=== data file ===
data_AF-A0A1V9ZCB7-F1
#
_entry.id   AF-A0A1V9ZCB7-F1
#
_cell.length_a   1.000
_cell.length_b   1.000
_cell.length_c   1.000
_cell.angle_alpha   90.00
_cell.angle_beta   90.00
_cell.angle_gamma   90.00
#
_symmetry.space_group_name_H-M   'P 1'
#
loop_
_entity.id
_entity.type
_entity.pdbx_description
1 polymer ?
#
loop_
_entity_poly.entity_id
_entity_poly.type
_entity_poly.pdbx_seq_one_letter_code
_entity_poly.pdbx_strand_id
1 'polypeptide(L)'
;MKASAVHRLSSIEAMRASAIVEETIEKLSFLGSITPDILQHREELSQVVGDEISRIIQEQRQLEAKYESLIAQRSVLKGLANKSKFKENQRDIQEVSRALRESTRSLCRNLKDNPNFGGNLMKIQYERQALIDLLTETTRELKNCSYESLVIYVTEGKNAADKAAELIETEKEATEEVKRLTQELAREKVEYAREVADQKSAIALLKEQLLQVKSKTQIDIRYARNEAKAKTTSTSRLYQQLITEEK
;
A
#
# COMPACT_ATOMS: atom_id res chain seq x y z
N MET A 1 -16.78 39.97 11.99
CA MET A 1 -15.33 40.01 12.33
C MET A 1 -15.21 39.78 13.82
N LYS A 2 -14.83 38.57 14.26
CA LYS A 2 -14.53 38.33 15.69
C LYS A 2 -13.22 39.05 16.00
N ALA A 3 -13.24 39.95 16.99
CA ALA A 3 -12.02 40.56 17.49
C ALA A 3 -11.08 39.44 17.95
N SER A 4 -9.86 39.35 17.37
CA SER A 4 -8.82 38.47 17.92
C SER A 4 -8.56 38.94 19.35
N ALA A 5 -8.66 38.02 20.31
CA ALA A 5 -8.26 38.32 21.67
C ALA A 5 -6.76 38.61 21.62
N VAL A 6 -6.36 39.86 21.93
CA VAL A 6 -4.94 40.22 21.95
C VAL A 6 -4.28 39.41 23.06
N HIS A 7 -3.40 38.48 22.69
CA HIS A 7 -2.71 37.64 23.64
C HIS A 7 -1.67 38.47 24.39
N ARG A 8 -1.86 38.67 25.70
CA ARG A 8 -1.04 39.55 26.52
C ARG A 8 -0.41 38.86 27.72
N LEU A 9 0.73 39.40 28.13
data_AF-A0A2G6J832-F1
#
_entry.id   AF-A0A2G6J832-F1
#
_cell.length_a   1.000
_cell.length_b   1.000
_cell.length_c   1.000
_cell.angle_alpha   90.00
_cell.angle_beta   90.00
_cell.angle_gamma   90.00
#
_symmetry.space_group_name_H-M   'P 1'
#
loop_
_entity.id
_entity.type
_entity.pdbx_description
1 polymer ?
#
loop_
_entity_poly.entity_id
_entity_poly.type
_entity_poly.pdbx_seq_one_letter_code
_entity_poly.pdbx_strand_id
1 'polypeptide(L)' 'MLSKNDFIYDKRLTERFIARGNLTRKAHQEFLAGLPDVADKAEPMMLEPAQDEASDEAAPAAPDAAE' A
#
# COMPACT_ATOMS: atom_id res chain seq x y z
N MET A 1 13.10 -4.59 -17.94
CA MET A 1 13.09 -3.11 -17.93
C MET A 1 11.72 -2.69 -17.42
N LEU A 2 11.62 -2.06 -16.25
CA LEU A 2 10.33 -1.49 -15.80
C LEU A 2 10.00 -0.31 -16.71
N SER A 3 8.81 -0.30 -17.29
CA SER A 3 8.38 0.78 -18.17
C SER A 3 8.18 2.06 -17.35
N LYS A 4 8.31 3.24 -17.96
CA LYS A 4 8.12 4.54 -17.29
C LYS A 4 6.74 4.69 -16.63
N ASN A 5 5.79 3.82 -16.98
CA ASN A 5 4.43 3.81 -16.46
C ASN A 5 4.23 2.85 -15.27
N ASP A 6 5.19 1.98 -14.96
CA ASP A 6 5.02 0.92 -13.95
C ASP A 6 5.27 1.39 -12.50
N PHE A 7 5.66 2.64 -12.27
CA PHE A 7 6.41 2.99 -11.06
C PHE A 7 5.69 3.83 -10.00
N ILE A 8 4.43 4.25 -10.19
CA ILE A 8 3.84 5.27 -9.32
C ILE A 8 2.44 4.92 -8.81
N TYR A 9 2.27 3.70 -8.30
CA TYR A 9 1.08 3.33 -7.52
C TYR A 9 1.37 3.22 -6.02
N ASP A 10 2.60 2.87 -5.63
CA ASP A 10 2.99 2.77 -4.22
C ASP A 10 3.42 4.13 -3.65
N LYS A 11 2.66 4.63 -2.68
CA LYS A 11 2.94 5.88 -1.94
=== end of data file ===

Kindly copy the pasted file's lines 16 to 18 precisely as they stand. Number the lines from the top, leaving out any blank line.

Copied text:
_entity.type
_entity.pdbx_description
1 polymer ?